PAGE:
2010 Analysis: Chris Carter

The Animal impressed manager Jerry Manuel early on in spring training, and became an immediate fan favorite for his energy, intensity, all-out play, and likable personality. His story and swing were so well received that it was something of a disappointment when he didn’t go north with the big club in April. But the demotion was temporary, and further fueled his legend.

Carter lit up AAA with a .336 AVG, .390 OBP, and 1.001 OPS through 29 games before his promotion to MLB. His arrival was highly anticipated by the fan base, but he never really was given the chance to take over a position. Though the Mike Jacobs Experiment was failing miserably, Carter was passed over in favor of Buffalo teammate Ike Davis. Both at the time and in hindsight, the Mets made the right move, as Davis stepped right in to anchor first base. In truth, Carter was better suited to a corner outfield spot, and the Mets were underperforming at both corners. However, Jason Bay was not getting paid a boatload of money to be a platoon player, and Jerry Manuel inexplicably refused to remove Jeff Francoeur from right field for more than a game or two – even in the midst of multiple, lengthy slumps. Francoeur hit .211 in May, but Carter sat. Francoeur hit .132 in July, but Carter sat. When Francoeur went 15-for-88 and requested a trade in August, but Carter sat. When Francoeur was finally dumped on the Texas Rangers, Lucas Duda was promoted and Carter sat.

Jerry Manuel – who in the spring lavished him with praise for his work ethic and personality — made jokes to the media about Carter’s fielding skills, so we can assume that was the main reason Carter was relegated to a pinch-hitting role. While it’s true that Carter is not a good fielder – and in fact often looked lost in left field – he was no worse than the 2009 leftfield tandem of Daniel Murphy and Fernando Tatis, and didn’t deserve to be publicly humiliated.

2011 Projection

It’s highly unlikely that Carter will get a shot at a starting outfield position next season, considering that Jason Bay will return to handle one of the corners and either Angel Pagan or Carlos Beltran will be in the other. Something could change that situation this winter, but I doubt the Mets are looking at Carter as more than a bat off the bench. As much as I like The Animal as a Met, there’s a part of me that hopes he gets dealt to a team like the Pirates or Royals, who might give him a legitimate shot to play in a regular role. He seems to have a good eye, patience, and a solid bat, and defense is something that can be improved with proper instruction and repetition; we do know he has the motivation and will to work, so anything is possible. At 27 years old, he’s running out of time. Maybe the Sandy Alderson regime will value Carter’s above-average OBP and OPS numbers in the minors and extend him an opportunity, but my guess is that his best shot will come elsewhere.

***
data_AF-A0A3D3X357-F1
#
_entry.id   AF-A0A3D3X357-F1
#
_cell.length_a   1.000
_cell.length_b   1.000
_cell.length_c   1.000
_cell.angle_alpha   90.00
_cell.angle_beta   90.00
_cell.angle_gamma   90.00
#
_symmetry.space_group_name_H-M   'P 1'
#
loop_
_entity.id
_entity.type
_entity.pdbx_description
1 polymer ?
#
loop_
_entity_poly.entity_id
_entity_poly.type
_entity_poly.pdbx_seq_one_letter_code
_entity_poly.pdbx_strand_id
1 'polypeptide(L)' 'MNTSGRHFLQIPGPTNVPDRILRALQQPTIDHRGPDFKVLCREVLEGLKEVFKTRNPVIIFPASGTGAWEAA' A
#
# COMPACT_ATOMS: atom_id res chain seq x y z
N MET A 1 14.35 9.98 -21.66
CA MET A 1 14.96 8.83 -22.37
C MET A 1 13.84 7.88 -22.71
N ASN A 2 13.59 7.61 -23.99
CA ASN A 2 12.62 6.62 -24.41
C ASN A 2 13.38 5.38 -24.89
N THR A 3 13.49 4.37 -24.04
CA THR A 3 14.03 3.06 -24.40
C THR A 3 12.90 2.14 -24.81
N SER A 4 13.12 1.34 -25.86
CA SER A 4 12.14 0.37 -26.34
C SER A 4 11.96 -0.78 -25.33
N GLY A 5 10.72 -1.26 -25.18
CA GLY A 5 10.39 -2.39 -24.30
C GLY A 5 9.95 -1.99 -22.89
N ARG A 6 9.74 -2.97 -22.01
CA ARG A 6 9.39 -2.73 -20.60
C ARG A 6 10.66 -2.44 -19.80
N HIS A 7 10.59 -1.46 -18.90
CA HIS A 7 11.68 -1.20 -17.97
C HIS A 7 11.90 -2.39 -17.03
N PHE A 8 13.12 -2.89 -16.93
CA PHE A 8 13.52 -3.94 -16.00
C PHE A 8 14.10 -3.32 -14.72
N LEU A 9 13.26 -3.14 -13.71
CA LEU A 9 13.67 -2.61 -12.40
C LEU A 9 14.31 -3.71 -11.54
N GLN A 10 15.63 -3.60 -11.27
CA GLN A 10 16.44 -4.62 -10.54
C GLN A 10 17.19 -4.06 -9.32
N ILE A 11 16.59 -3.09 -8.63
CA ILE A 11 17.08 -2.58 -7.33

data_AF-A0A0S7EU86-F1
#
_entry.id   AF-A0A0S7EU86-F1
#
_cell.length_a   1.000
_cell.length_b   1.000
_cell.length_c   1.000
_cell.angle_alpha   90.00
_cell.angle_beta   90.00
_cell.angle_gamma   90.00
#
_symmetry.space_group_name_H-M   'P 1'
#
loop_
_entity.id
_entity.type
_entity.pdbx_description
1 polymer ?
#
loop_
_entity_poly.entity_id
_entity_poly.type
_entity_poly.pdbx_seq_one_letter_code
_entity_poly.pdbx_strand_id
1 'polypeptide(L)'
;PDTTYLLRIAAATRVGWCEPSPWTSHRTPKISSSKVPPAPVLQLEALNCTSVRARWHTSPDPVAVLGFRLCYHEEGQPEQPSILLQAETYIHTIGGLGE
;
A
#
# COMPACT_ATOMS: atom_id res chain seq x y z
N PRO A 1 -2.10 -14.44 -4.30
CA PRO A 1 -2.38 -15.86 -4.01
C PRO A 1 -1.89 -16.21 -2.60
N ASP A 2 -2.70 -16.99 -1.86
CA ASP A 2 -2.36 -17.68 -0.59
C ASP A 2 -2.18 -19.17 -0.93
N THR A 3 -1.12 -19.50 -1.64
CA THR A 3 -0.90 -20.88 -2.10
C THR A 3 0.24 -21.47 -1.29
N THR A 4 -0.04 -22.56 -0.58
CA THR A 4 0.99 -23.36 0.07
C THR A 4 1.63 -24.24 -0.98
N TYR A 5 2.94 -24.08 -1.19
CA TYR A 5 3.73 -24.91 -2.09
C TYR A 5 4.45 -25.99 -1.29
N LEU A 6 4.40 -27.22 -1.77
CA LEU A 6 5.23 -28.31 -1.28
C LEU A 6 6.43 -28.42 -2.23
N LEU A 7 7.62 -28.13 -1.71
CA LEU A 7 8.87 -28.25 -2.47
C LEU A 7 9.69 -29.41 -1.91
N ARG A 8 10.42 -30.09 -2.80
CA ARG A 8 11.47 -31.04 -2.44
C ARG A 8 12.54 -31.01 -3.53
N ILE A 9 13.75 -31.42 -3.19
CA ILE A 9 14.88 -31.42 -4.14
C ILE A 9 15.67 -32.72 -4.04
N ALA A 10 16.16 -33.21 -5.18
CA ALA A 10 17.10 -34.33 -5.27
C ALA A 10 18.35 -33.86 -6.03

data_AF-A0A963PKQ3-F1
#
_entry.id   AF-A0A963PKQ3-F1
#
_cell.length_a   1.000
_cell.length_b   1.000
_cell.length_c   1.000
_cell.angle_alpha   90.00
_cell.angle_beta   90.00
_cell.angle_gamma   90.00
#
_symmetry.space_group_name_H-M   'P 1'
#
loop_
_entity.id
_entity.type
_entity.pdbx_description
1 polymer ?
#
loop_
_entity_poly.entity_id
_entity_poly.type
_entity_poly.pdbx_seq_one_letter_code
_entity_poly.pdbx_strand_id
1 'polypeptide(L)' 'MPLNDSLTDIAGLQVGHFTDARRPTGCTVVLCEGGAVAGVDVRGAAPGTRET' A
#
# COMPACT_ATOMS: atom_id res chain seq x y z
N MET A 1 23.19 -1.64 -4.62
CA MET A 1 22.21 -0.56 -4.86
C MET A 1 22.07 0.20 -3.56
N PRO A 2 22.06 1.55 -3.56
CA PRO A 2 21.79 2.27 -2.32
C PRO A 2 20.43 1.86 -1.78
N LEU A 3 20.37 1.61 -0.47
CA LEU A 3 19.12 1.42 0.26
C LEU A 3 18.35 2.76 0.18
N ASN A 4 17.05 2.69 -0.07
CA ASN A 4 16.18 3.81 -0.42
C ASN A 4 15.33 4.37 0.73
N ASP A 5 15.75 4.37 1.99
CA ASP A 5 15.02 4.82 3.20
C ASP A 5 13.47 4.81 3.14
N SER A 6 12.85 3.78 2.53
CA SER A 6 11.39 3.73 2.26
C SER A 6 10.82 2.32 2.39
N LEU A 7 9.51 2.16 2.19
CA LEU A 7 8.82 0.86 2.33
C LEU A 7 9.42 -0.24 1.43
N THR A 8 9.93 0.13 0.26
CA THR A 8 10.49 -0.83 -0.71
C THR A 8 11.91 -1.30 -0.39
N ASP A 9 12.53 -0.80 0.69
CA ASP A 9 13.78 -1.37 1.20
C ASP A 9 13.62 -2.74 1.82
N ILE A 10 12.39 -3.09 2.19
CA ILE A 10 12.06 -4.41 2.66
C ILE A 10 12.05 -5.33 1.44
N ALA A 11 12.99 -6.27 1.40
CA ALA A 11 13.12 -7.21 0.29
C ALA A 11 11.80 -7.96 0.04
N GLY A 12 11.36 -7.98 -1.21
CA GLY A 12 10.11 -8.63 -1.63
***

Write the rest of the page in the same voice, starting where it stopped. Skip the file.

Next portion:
Joe Janish began MetsToday in 2005 to provide the unique perspective of a high-level player and coach -- he earned NCAA D-1 All-American honors as a catcher and coached several players who went on to play pro ball. As a result his posts often include mechanical evaluations, scout-like analysis, and opinions that go beyond the numbers. Follow Joe's baseball tips on Twitter at @onbaseball and at the On Baseball Google Plus page.
  1. brooklynlou November 23, 2010 at 2:55 pm